With the passing of its resolution approving an Installment Financing Contract at the Dec. 13 Town Board meeting, the town has taken the first step toward making a broadband highway through the town limits on its 2,700 poles a reality.
To entice broadband companies and to set up a “smart-city” grid, the town plans on shouldering the expense of constructing the fiber network with a $4.6 million loan from BB&T.
A commercial contractor will build the aerial network for the town. Wide Open Networks, who will potentially run the operation, will provide the capital to build the underground portion.
“They are consulting with their investors about what they will contribute and the potential return over a 10-year lease period which NC law prescribes. The town is not the only entity exposed to risks,” said Mayor Pat Taylor. “So, even if the LGC [Local Government Commission] approves the loan, this may not move forward.”
The plan is for Wide Open Networks to lease the fiber highway from the town and to run the operation which will involve enticing broadband companies to drop lines from the poles directly to residences.
Before the $4.6 million loan can be finalized, the LGC must give the OK. It goes over the town’s finances and decides if it can handle the long-term investment.
According to the audit presented Thursday night, the town with almost $4 million in its undesignated fund balance and the money it makes from its enterprise funds – specifically its electric fund – it is likely the LGC will give the OK.
The resolution being sent to the LGC says no tax increase will be imposed to fund the fiber highway. The commissioners made this clear at the meeting even though some citizens doubted their word. The resolution reads: “… does not anticipate a future property tax increase to pay installment payments.”
Citizens also questioned the legality of the town competing with private enterprise. Though the NC General Assembly has seesawed back and forth on the issue – now a public/private partnership is allowed. By law (HB129), NC government entities are essentially prohibited from launching new ISP service directly to residents – that window has now closed – but they can partner with a private entity, which is what Highlands is doing with Wide Open Networks.
The town’s Altitude Broadband was launched when the window allowing public entities to launch services to its residents was open. It is grandfathered in.
In addition, people at Thursday’s meeting asked how the town could do this considering the bottom-line.
Commissioner Amy Patterson explained that the town sees this as needed infrastructure, like a utility, and it doesn’t need to make a profit … it needs to offer the service.
Experts say the fundamental reason for public enterprise is it can undertake unprofitable investment where there are community benefits – what economists call positive externalities – that make the investment economically and socially desirable.
The town’s plan is to use its fiber highway as a “smart grid” – not for broadband. The grid will enable administrators to enhance the quality and performance of services such as energy and utilities to hopefully reduce resource consumption, wastage and overall costs.
Meanwhile, the need for fast, reliable broadband is stronger than ever. People want to live in country settings and work remotely – connecting themselves to urban centers on which they rely for their livelihood but where they no longer want to live. This, according to MayorTaylor falls under the category of Economic Development, which he considers important for the town’s future.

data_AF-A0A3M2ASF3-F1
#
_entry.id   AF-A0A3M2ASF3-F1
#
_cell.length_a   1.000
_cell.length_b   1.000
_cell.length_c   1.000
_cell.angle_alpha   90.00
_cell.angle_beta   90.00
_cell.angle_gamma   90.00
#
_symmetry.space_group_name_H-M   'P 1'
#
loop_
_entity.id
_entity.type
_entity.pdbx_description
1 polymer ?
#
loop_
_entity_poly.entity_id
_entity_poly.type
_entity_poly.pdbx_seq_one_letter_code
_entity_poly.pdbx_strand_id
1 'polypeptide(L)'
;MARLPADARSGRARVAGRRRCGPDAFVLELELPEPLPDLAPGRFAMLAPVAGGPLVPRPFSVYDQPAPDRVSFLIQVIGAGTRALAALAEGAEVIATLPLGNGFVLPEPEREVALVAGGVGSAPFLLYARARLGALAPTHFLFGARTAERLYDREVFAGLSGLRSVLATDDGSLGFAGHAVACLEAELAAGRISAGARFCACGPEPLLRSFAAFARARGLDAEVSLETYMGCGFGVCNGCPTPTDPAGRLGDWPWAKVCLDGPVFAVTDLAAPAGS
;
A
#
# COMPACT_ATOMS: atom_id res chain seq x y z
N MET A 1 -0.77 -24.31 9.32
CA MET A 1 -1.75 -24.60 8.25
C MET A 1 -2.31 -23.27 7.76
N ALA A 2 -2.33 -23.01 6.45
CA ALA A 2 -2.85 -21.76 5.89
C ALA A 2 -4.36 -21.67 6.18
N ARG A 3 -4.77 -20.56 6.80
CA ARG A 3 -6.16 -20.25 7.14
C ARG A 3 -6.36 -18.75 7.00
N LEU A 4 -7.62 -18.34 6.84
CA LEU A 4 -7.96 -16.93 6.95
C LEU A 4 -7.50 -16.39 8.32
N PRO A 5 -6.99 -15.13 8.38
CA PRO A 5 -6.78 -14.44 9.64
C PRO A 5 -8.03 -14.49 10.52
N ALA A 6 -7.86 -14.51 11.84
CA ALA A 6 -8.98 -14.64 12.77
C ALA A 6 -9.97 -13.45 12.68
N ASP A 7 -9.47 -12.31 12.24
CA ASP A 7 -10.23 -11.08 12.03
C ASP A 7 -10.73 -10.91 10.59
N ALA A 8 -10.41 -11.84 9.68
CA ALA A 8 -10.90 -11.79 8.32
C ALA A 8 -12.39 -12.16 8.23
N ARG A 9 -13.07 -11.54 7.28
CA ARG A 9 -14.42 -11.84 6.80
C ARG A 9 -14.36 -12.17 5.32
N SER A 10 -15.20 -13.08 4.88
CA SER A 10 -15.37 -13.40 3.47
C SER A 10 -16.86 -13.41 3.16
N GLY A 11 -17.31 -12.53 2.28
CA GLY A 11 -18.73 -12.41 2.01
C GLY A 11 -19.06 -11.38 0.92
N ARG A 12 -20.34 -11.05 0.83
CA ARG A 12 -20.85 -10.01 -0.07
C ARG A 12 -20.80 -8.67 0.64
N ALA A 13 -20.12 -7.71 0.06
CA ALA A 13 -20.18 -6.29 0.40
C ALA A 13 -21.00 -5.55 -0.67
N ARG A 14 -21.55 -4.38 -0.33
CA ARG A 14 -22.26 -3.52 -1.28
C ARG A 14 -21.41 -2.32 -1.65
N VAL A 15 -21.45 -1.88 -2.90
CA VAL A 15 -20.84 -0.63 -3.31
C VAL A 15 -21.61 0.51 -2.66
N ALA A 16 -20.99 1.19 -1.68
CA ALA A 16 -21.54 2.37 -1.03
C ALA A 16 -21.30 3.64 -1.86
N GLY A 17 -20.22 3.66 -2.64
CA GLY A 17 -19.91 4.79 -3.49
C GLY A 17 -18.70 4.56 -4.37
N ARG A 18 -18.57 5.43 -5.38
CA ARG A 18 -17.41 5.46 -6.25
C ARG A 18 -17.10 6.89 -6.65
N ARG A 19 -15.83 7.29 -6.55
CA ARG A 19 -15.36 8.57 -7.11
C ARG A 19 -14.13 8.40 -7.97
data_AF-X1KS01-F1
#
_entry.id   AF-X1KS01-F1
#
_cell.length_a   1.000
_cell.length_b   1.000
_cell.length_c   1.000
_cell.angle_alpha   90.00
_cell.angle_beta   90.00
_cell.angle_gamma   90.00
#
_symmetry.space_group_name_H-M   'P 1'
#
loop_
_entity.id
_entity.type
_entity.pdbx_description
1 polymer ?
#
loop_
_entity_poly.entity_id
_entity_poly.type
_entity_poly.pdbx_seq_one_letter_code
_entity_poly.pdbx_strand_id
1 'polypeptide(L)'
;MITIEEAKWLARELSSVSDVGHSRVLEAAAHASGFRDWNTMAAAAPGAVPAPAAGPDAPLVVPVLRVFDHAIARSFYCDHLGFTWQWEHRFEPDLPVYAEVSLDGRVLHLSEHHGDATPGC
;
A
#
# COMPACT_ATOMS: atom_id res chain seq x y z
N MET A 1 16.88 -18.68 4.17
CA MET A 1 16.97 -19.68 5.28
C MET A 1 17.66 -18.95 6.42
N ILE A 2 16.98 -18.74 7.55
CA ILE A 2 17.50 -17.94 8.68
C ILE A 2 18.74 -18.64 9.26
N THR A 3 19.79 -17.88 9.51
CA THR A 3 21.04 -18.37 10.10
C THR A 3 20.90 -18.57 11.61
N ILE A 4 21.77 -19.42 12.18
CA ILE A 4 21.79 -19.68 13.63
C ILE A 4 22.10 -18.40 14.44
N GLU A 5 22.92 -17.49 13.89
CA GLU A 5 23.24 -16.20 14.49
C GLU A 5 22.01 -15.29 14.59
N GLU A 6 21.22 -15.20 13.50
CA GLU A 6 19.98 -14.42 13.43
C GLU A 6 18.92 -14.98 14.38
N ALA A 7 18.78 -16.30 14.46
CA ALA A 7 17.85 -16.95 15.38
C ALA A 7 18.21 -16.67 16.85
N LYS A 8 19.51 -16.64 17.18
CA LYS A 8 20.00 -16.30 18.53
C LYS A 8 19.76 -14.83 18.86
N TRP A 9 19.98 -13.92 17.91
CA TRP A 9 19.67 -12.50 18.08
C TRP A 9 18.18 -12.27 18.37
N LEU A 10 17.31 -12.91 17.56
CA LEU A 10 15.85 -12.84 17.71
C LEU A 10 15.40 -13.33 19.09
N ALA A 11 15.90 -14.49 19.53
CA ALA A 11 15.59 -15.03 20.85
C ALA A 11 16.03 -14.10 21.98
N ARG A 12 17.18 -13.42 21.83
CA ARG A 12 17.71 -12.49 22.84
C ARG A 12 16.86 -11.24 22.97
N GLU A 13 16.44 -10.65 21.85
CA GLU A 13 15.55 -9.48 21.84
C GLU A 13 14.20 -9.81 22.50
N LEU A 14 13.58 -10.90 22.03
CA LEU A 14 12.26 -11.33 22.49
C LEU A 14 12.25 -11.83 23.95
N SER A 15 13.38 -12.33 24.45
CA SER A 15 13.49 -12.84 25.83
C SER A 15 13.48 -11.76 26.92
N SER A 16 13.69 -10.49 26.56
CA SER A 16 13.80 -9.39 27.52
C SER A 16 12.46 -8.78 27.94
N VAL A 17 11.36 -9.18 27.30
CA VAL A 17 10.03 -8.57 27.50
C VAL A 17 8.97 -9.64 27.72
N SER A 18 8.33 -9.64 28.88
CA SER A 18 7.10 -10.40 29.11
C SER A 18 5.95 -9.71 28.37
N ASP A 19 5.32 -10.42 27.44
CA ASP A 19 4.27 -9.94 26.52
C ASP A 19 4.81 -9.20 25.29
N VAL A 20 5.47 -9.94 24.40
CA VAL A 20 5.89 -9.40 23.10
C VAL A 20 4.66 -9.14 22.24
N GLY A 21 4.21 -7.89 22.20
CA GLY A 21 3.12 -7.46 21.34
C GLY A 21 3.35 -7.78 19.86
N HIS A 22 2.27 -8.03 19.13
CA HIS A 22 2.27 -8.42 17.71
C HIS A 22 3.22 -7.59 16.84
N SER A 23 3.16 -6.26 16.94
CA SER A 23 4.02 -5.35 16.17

In Highlands there is Altitude Broadband, Northland Cable, Frontier and Highlands Cable Group. So, what’s lacking?
According to Nin Bond, owner of Highlands Cable Group, what’s lacking is that not all of the town’s 2,700 poles can hold all of the companies because many of the poles are too short. The 40 inches required between each providers’ line as outlined by the National Electric Safety Code can’t be achieved.
Numerous poles have been replaced with longer poles, but not all of them. This is a long, tedious and expensive process. Consequently, Bond said he can’t grow his system.
According to Commissioner Patterson, part of the $4.6 million being sought will be used to change out all the poles within the town limits that are still too short. The fiber highway will be attached to those poles which will enable private companies to offer service to residents who will be free to choose the company with which they want to do business.
Furthermore, companies can use the town’s fiber highway as a jumping off place to extend outside the town limits which is where connectivity is sorely needed.
The private company, Wide Open Networks, is leasing the town-owned fiber for its backbone “highway” and will be in charge of running that operation. The town considers this a win-win. Providers will no longer have to pay to build the infrastructure – as they are doing now – but will reap the benefits of servicing residents.
Bond said he will still be relying on his own “highway” so the town’s fiber highway and the Wide Open Networks affiliation won’t change anything for him.
He said he has hundreds of customers and scores of others just waiting for his lines to become available. This will be possible once the short poles are switched out and the providers on the poles who are out of compliance are forced to move their lines to accommodate others.
After years of trying to get providers out of compliance to move their lines, the town has amended its Pole Attachment Ordinance to include a strict timeline to comply and if companies don’t, they are charged $100 a day. Furthermore, the town has hired a contractor to work directly with those providers and is expediting the process.
The town now awaits word from the LGC and from Wide Open Networks.
By Kim Lewicki, Highlands Newspaper